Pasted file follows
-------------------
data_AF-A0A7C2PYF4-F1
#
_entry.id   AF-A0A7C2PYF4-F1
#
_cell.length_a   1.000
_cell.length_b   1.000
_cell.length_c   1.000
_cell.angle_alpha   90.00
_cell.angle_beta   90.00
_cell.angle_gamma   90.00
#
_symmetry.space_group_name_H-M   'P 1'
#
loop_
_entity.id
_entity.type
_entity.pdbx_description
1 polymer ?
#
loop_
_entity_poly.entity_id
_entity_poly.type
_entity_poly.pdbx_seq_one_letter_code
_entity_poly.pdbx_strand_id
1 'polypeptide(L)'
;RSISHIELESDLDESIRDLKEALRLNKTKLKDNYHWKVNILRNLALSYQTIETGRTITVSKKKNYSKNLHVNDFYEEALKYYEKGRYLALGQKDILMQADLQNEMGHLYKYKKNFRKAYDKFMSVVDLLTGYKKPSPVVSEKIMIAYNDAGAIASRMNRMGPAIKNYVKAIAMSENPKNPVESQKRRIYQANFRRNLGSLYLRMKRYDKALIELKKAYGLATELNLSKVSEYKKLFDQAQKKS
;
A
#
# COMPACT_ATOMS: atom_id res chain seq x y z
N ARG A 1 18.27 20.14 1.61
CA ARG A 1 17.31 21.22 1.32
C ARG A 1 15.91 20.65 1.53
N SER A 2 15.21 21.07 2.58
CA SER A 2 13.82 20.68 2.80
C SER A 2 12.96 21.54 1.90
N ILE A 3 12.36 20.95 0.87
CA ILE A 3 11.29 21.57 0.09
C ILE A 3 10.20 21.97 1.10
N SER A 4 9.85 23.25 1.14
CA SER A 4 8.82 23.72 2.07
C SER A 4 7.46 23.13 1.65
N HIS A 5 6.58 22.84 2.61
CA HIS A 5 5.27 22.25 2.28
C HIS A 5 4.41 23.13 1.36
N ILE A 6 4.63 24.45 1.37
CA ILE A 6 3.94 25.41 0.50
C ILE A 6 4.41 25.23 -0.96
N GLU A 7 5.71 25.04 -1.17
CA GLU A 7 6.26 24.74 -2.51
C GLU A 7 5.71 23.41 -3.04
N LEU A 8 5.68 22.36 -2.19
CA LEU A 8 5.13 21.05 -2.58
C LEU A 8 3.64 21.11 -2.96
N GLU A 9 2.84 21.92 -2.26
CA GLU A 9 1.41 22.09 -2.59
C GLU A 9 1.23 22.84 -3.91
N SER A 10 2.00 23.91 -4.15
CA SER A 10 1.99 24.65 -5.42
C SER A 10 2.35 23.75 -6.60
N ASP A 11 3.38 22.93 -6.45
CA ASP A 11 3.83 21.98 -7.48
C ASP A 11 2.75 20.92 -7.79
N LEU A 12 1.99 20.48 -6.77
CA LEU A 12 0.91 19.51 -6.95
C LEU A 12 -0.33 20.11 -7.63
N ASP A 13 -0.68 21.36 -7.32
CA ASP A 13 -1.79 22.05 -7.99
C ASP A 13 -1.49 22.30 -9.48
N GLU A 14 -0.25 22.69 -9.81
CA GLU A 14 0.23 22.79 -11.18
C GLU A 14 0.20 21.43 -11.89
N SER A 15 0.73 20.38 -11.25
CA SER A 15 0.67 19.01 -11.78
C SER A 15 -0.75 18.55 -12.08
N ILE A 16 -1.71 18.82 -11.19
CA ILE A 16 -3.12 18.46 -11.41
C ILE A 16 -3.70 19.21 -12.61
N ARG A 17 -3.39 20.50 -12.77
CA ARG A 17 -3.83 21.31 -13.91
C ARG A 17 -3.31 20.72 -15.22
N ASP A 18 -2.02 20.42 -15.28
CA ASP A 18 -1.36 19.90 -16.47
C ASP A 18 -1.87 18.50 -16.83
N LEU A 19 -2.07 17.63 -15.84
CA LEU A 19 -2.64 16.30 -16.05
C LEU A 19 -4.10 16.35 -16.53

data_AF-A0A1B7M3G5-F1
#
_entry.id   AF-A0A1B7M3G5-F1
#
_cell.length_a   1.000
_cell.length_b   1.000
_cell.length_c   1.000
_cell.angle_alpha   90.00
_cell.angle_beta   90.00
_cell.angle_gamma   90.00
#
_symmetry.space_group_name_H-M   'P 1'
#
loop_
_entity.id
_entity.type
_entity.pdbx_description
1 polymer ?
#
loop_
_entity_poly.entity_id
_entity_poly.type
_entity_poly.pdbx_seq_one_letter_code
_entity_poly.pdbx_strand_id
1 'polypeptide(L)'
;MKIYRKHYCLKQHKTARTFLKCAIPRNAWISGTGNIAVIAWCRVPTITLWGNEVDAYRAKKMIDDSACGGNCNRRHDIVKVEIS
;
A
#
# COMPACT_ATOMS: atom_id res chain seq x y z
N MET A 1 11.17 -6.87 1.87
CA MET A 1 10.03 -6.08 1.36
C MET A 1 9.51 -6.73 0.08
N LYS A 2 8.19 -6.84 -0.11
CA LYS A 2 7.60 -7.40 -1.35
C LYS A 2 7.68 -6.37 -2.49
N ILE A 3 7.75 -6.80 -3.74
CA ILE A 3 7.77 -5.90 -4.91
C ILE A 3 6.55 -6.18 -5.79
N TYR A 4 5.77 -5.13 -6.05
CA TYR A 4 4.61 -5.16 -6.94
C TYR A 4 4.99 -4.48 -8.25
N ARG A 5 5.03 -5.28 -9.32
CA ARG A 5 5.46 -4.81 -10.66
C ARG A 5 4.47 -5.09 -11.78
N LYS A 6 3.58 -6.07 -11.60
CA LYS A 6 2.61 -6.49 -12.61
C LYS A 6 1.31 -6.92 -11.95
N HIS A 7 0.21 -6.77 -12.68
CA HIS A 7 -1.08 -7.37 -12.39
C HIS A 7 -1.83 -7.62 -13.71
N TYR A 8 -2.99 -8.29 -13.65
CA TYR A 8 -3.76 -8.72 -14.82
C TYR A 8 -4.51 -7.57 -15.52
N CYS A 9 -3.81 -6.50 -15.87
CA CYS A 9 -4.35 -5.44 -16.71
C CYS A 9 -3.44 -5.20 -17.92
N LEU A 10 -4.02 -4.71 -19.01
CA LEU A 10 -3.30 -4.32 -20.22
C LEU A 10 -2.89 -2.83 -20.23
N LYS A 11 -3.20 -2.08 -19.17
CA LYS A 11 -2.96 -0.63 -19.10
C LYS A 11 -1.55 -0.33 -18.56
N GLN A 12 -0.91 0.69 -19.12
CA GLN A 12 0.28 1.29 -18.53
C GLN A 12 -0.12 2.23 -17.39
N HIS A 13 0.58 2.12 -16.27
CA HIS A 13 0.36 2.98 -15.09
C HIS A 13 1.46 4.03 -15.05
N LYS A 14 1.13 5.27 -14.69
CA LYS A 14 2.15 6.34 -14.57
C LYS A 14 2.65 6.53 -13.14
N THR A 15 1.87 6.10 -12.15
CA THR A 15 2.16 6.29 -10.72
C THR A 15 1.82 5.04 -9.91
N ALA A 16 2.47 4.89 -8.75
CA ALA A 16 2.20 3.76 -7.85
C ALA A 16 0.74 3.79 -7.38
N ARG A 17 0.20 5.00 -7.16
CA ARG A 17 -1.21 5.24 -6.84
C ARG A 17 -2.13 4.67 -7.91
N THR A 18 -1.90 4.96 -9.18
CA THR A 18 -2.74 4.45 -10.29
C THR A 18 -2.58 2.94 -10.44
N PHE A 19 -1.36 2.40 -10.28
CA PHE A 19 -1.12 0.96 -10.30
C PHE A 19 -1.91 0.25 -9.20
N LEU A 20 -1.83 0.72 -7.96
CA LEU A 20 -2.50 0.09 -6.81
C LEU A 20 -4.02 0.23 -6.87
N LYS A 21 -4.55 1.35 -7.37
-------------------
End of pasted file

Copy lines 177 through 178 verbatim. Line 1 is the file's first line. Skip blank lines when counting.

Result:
C LEU A 20 -4.02 0.23 -6.87
N LYS A 21 -4.55 1.35 -7.37